Avon council gets first look at 2012 budget
AVON, Colorado – The Avon Town Council took its first deep look at next year’s budget Tuesday. There’s still work to do, but the good news is that the town’s financial picture seems to have stabilized.
This will be the first budget that council member Chris Evans votes on. He said he was impressed by a couple of things from Tuesday’s presentation.
“I was impressed by how good a financial position the town is in regarding debt,” Evans said. The town has the ability to borrow nearly $60 million, but is making payments on about 10 percent of that amount. Payments on the current debt make up less than 8 percent of the town’s budget.
“But we still have to be very careful,” Evans said. “Just because we can borrow money doesn’t mean we should – and voters would have to approve anyway.”
Evans said he was also pleased to see a gradual increase in sales and lodging taxes. Again, though, Evans said the town has to be very careful in spending, especially given the precarious state of the national and international economies.
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Council member Amy Phillips is well into her second term on the board, so she’s seen budgets from good times and bad. She said this year’s budget will be easier to finalize than the past couple of years.
“We made $4 million in cuts the last three years,” Phillips said. “But we’re starting to see things improve.”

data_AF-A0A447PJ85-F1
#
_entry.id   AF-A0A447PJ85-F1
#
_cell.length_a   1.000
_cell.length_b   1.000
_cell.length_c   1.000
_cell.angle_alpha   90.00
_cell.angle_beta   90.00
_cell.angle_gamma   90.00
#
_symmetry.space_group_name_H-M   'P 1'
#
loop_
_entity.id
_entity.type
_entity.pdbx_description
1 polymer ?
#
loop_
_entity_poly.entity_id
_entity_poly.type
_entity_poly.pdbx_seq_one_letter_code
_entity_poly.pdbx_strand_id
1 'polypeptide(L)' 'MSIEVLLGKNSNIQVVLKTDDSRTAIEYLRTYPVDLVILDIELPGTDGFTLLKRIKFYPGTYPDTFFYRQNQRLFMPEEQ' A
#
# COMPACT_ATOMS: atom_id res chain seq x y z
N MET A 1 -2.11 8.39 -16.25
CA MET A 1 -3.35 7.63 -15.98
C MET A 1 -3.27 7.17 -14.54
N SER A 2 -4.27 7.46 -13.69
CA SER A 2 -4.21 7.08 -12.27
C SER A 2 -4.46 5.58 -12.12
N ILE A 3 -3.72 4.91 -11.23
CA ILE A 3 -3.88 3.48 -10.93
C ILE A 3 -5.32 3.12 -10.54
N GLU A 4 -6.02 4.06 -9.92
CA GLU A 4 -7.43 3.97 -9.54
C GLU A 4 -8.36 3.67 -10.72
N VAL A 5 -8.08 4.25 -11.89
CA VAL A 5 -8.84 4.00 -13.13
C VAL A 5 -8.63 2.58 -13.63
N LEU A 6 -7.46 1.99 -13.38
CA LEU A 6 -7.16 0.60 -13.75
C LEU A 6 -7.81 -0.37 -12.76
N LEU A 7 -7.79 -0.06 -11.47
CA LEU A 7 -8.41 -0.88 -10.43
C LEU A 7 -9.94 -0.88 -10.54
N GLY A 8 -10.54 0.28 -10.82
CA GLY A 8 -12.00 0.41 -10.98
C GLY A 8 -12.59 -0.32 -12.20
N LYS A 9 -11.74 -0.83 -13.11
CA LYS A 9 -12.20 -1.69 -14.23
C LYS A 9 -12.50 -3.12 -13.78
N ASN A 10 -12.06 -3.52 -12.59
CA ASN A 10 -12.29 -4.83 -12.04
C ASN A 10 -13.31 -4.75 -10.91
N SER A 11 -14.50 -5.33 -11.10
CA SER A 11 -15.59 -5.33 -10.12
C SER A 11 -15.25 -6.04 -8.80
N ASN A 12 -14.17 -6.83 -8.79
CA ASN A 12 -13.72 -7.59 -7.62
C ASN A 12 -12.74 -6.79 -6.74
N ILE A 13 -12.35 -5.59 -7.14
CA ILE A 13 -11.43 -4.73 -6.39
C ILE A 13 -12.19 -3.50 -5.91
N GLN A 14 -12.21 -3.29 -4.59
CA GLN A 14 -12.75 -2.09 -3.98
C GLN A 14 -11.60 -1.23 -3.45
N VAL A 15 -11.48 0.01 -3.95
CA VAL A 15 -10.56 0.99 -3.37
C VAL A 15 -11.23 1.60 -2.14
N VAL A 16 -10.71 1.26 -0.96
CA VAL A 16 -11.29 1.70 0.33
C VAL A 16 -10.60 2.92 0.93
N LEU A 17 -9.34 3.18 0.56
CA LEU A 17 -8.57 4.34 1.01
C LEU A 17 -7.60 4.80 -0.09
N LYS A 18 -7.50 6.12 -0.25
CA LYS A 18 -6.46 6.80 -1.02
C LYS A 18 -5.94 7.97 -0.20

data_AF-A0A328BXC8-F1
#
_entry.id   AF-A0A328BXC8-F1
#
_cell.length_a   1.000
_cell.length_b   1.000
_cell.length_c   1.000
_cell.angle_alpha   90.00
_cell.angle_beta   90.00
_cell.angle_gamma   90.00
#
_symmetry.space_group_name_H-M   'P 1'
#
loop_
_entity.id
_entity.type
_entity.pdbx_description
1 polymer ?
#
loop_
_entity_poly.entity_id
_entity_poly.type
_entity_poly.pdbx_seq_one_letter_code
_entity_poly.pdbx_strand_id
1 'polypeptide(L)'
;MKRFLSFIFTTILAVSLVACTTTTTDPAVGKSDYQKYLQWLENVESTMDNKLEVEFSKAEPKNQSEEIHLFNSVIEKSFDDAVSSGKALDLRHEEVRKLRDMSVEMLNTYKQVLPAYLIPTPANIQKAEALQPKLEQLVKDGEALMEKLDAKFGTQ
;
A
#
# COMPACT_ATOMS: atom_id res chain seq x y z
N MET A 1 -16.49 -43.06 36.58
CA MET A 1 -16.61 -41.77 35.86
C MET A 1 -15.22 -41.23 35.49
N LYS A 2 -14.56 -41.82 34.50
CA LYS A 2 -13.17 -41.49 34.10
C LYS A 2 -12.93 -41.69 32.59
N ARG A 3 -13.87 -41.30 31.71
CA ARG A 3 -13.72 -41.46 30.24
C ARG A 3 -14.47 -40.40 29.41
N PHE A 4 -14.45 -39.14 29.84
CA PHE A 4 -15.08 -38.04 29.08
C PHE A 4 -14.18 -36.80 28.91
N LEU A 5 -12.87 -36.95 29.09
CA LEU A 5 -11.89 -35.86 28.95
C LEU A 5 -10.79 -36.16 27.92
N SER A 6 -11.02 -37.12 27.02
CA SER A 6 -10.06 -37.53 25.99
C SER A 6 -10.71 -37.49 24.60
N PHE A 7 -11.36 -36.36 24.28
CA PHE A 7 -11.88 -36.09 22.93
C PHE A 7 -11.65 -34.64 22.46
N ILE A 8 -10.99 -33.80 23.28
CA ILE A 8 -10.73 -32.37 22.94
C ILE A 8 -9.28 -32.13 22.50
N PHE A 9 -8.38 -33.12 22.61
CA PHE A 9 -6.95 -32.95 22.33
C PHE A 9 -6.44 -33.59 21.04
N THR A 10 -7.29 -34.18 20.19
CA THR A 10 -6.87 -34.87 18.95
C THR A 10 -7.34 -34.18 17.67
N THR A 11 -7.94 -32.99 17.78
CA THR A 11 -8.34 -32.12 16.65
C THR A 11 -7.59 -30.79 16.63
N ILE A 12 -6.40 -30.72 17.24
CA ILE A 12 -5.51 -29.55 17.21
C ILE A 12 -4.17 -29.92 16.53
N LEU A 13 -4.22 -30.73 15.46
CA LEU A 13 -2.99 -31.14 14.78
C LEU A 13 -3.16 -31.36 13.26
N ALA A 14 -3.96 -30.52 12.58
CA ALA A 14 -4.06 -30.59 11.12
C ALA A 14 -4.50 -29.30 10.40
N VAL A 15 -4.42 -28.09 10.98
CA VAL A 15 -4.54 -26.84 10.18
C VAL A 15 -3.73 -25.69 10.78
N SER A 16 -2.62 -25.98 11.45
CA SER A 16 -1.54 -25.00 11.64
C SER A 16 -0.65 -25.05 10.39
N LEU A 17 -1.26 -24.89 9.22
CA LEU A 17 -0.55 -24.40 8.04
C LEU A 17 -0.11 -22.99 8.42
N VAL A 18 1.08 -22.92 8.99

Those cuts over the last few years have included a number of jobs, with town staff dropping from about 110 people in 2007 to about 85 today. And there’s no guarantee there won’t be more cuts.
Phillips said town employees have already taken about 10 percent cuts in pay and benefits, and would like to see some of that money given back soon, even if it comes at the expense of vacant positions that aren’t filled.
“I don’t think we’ll have to cut much more,” Phillips said. “We’ve had the drop in property taxes, but the sales and accommodations taxes are coming up – not enough to balance the drop, but it’s encouraging.”
The bottom line is that Town Council members will still have to make some tough calls about spending priorities. Evans and Phillips both said they’d like to see the town increase spending on event promotion. But that money will have to come at the expense of something else.
And both Phillips and Evans said the town’s transportation funding will be cut even more if voters don’t pass a proposed tax increase dedicated to bus service.
“Since I’ve been on council I’ve learned how important transit is,” Evans said.
While locals count on the service, Evans said having a good transit system is also important for guests, and can affect their decision whether or not to return.
“It would be a huge help if voters approved the transit tax this fall,” he said.
Business Editor Scott N. Miller can be reached at 970-748-2930 or email@example.com.